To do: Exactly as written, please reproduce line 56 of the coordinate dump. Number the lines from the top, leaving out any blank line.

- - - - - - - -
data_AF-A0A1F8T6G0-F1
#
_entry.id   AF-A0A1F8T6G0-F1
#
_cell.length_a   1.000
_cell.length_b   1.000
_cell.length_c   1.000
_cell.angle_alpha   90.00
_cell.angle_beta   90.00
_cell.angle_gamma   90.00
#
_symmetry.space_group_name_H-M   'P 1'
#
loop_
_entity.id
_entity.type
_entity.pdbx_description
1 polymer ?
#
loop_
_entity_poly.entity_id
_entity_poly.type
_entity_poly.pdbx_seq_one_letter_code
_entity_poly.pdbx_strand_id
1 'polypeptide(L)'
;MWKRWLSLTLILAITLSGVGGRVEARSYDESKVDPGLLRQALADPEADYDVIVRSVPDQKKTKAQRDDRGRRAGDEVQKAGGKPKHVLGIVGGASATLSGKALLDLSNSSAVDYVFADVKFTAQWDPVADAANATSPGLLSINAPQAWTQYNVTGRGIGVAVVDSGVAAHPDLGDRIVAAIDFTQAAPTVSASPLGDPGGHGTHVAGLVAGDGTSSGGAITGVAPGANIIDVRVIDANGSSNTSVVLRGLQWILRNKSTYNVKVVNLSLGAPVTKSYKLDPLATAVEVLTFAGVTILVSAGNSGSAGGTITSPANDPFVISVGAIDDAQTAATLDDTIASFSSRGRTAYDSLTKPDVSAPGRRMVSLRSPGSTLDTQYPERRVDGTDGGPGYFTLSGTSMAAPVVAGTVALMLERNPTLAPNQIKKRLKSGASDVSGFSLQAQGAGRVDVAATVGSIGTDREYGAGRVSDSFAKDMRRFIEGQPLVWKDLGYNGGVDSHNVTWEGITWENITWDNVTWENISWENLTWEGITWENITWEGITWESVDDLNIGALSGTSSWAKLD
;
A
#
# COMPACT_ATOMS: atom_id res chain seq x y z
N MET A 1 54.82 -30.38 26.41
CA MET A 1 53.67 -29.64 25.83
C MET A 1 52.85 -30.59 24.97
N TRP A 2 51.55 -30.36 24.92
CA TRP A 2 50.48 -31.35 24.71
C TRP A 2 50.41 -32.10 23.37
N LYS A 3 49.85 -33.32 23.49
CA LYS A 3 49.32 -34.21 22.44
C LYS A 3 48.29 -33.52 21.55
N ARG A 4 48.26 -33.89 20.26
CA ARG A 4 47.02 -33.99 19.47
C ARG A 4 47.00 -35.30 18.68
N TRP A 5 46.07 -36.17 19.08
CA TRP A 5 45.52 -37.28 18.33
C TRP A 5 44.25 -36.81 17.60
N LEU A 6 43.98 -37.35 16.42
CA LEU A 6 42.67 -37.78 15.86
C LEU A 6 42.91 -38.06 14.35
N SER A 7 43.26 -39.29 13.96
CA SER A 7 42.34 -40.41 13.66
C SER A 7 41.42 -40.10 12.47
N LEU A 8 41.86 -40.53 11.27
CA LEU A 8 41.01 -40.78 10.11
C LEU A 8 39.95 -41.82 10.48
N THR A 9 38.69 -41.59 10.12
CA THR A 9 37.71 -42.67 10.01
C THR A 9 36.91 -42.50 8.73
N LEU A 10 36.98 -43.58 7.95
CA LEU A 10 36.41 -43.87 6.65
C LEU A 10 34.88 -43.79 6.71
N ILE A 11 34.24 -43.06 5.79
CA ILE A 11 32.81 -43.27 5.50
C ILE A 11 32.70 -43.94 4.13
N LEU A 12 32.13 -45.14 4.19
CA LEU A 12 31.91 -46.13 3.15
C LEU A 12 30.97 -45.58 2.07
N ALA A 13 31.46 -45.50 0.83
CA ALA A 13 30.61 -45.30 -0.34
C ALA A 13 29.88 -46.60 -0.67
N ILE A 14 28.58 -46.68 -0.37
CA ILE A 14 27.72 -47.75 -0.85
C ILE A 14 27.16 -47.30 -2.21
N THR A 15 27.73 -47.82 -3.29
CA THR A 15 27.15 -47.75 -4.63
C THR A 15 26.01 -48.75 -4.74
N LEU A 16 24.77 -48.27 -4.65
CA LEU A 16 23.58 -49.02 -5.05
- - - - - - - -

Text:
CA THR A 9 37.71 -42.67 10.01